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4.0 out of 5 stars All for Zeus, 17 July 2012
By 
Mac McAleer (London UK) - See all my reviews
(TOP 1000 REVIEWER)   
This is an enjoyable overview of the Olympic Games from its foundation in 776 BC to its suppressions by the Christians as a pagan cult in the 4th century AD.

The historical information about the Olympic Games is fragmentary so the authors also draw heavily on details of the other Hellenic games. They stress that all the games shared the same characteristics but that the Olympic Games was paramount and special.

There are many similarities and many differences between the original and modern
Olympics. Indeed, the modern Olympic Games were never meant to be a slavish copy but a modern interpretation retaining the spirit of the original.

The games were held within a sacred precinct where the athletes competed naked near to the Altar of Zeus and women were not allowed inside this area. Later, a temple to Zeus was built with a status of the god which was included in the "Seven Wonders of the World". Carrying a torch was not a part of the games. In Greece torches were carried in relay races from altar to altar as a religious ritual.

The running events, discus, javelin, wrestling and boxing would be familiar today although the boxing was more brutal. The long jump was from a standing start with the competitor holding weights to carry him forward. Chariot racing, horse racing and racing in armour would be a surprise to us. The pankration would probably be illegal, being a particularly violent combination of wrestling and boxing. There were no team games and only winners, with no second or third place except in the pentathlon, which comprised discus, long jump, javelin, running and wrestling.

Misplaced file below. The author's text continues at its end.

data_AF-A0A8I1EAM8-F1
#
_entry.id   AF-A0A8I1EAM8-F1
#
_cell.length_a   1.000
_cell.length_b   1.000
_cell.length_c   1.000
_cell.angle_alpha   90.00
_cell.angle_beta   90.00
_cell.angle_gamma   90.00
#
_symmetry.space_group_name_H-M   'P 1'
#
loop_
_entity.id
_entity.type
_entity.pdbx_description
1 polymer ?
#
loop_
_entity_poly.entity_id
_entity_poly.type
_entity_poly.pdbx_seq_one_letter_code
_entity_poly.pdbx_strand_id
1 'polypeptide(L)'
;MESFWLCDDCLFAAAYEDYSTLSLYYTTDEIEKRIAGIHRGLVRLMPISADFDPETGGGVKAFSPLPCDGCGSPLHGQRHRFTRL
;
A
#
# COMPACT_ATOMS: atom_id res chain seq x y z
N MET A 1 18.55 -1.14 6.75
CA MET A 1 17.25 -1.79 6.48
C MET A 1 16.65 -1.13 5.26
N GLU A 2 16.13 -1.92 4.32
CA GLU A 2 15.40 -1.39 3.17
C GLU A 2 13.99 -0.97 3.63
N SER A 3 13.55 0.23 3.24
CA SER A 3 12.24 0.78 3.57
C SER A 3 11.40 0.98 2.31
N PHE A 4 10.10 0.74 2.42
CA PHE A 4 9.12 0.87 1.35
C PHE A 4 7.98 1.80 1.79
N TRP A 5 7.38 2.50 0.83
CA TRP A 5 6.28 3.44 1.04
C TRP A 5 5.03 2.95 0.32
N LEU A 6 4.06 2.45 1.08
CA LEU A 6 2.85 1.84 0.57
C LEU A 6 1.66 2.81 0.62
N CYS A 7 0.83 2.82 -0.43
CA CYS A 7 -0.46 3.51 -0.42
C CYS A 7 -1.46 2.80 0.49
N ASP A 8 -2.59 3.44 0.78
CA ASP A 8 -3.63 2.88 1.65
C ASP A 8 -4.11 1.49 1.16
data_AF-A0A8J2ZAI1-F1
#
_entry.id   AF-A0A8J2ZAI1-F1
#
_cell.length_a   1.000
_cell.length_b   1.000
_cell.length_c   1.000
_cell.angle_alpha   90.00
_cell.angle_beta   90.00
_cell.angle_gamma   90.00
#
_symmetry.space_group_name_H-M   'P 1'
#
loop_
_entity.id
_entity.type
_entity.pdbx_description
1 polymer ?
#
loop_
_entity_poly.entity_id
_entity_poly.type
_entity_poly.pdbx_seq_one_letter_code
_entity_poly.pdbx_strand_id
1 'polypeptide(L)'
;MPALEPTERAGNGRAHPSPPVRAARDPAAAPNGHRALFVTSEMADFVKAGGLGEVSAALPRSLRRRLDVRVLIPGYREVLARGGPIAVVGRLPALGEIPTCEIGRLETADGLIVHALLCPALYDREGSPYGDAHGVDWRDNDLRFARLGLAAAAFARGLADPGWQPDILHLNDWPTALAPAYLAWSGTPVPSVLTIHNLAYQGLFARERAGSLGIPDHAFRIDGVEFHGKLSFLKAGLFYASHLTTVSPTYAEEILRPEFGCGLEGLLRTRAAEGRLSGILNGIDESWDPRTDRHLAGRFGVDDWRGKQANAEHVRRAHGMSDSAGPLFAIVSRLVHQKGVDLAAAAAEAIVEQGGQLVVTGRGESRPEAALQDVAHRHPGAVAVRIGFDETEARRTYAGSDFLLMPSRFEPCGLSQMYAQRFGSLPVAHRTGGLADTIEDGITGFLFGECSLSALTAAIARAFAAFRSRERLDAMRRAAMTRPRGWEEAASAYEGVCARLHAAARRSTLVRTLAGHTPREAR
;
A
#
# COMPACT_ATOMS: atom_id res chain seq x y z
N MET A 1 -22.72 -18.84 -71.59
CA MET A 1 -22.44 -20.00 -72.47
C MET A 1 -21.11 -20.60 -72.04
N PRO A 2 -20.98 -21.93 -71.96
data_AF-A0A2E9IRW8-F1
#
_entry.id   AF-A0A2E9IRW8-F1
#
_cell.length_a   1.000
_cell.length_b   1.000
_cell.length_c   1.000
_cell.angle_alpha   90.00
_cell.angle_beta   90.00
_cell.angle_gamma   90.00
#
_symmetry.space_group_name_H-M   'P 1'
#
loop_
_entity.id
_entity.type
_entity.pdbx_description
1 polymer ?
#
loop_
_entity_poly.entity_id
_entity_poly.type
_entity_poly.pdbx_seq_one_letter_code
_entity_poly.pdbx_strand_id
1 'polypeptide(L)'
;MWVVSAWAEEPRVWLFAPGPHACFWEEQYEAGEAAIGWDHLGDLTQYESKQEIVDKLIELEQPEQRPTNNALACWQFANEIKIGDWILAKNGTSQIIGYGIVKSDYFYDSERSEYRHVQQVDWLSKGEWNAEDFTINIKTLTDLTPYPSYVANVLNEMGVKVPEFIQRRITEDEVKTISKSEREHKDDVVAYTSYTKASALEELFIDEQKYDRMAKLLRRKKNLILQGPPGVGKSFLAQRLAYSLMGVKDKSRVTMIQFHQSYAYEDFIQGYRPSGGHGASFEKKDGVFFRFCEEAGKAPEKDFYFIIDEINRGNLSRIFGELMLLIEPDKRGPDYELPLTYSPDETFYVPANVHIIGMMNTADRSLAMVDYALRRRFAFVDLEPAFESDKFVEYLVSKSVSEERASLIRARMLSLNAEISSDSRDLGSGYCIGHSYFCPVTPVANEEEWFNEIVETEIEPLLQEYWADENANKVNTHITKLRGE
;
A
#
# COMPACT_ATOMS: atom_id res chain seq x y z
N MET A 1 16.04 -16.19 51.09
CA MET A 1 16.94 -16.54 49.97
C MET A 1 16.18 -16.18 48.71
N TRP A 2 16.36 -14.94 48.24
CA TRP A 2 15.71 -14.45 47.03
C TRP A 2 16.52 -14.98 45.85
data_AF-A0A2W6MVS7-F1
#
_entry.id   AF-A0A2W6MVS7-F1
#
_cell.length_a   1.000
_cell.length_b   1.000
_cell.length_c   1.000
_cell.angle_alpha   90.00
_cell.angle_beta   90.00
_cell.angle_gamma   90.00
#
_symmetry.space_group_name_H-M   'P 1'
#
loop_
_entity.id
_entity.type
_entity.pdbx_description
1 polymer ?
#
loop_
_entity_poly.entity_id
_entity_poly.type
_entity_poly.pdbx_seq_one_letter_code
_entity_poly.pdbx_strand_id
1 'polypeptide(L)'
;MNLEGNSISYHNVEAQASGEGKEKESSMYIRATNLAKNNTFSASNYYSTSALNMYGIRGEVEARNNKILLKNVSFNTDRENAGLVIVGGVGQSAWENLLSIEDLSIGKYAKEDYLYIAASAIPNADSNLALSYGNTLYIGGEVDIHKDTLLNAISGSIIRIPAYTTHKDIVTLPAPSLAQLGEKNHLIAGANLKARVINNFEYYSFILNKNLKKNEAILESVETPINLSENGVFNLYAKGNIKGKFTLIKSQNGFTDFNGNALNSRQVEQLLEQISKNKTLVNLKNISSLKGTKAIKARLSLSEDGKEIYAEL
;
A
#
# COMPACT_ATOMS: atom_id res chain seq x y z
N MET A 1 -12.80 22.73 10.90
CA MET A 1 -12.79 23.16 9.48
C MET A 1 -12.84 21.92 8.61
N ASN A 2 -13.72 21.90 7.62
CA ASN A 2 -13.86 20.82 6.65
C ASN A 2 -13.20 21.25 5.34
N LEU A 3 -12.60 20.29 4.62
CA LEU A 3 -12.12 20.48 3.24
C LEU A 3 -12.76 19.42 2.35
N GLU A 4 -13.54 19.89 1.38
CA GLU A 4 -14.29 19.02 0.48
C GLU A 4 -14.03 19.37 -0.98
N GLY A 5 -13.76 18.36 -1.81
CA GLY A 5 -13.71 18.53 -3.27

Dedicated to Zeus at an already sacred site, it was as much a religious as an athletic occasion. The surrounding area was geographically remote and politically unimportant, allowing the games to be uninterrupted by the wars between the Greek city states or the later conquest of Greece by the Romans. The games are known to have been held every four years until at least 261 AD. Thereafter, there was a period of decline, an attack by a Germanic tribe, an earthquake and finally the rise of Christianity. One of the buildings was converted into a church and the two nearby rivers converted the area into a malarial swamp.

The idea of the games was revived by Dr. William Penny Brookes at Much Wenlock in Shropshire in 1850. This was followed by the creation of the modern Olympiad by the French aristocrat Pierre de Coubertin at the end of the 19th century.

The book is relatively short but authorative and the text is expertly supported by the use of illustrations. It has 132 pages of text with numerous line drawings and both colour and black and white plates.

CONTENTS
1. Ancient and Modern
2. Games and Festivals
3. The Olympic Programme
4. Spectators and Facilities
5. Rules and Officials
6. The Athletes
7. Training and Trainers
8. Games, Politics and Patronage
9. The Critics

BY THE SAME AUTHORS
M.I. Finley
Aspects of Antiquity: Discoveries and Controversies
Studies in Land Use and Credit in Ancient Athens
The World of Odysseus
History of Sicily: Ancient Sicily to the Arab Conquest
Early Greece: Bronze and Archaic Ages
Democracy Ancient and Modern
The Ancient Economy
The Use and Abuse of History

H. W. Plecket
Epigraphica
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5.0 out of 5 stars Tremendous read, 20 Nov. 2014
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An excellent book. Great read and lots of detail about the Ancient Olympic Games. I would recommend this book to anyone who wants to get a better understanding of the Ancient Olympic Games. Good selection of photographs.
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The Olympic Games: The First Thousand Years
The Olympic Games: The First Thousand Years by H. W. Pleket (Hardcover - 29 Jan. 1976)
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